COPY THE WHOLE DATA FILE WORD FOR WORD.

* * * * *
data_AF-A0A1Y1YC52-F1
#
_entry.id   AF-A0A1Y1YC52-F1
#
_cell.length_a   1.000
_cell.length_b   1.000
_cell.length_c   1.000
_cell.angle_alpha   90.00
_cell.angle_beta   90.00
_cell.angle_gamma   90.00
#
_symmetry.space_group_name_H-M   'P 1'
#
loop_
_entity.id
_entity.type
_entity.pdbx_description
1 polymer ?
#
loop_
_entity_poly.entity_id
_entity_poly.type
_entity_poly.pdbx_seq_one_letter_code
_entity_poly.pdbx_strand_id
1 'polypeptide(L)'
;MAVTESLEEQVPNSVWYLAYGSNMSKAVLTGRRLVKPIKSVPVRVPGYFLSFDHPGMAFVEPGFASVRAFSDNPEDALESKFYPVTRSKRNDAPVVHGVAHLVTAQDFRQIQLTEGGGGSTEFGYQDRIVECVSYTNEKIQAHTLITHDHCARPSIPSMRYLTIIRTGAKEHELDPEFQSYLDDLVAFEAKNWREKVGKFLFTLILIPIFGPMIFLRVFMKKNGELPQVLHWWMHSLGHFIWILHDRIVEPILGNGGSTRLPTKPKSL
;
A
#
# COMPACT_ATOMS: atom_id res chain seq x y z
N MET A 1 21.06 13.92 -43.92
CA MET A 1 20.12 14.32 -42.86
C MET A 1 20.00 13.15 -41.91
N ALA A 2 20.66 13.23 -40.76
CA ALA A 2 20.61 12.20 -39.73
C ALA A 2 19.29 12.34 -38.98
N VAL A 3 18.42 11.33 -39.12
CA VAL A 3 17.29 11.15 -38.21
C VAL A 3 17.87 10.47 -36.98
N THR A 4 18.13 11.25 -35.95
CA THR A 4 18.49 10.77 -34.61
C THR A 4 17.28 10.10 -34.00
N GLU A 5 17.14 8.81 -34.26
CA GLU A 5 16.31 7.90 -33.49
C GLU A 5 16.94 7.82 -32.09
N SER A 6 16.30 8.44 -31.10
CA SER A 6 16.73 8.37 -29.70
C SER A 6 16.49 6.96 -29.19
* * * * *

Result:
data_AF-A0A1Y1YC52-F1
#
_entry.id   AF-A0A1Y1YC52-F1
#
_cell.length_a   1.000
_cell.length_b   1.000
_cell.length_c   1.000
_cell.angle_alpha   90.00
_cell.angle_beta   90.00
_cell.angle_gamma   90.00
#
_symmetry.space_group_name_H-M   'P 1'
#
loop_
_entity.id
_entity.type
_entity.pdbx_description
1 polymer ?
#
loop_
_entity_poly.entity_id
_entity_poly.type
_entity_poly.pdbx_seq_one_letter_code
_entity_poly.pdbx_strand_id
1 'polypeptide(L)'
;MAVTESLEEQVPNSVWYLAYGSNMSKAVLTGRRLVKPIKSVPVRVPGYFLSFDHPGMAFVEPGFASVRAFSDNPEDALESKFYPVTRSKRNDAPVVHGVAHLVTAQDFRQIQLTEGGGGSTEFGYQDRIVECVSYTNEKIQAHTLITHDHCARPSIPSMRYLTIIRTGAKEHELDPEFQSYLDDLVAFEAKNWREKVGKFLFTLILIPIFGPMIFLRVFMKKNGELPQVLHWWMHSLGHFIWILHDRIVEPILGNGGSTRLPTKPKSL
;
A
#
# COMPACT_ATOMS: atom_id res chain seq x y z
N MET A 1 21.06 13.92 -43.92
CA MET A 1 20.12 14.32 -42.86
C MET A 1 20.00 13.15 -41.91
N ALA A 2 20.66 13.23 -40.76
CA ALA A 2 20.61 12.20 -39.73
C ALA A 2 19.29 12.34 -38.98
N VAL A 3 18.42 11.33 -39.12
CA VAL A 3 17.29 11.15 -38.21
C VAL A 3 17.87 10.47 -36.98
N THR A 4 18.13 11.25 -35.95
CA THR A 4 18.49 10.77 -34.61
C THR A 4 17.28 10.10 -34.00
N GLU A 5 17.14 8.81 -34.26
CA GLU A 5 16.31 7.90 -33.49
C GLU A 5 16.94 7.82 -32.09
N SER A 6 16.30 8.44 -31.10
CA SER A 6 16.73 8.37 -29.70
C SER A 6 16.49 6.96 -29.19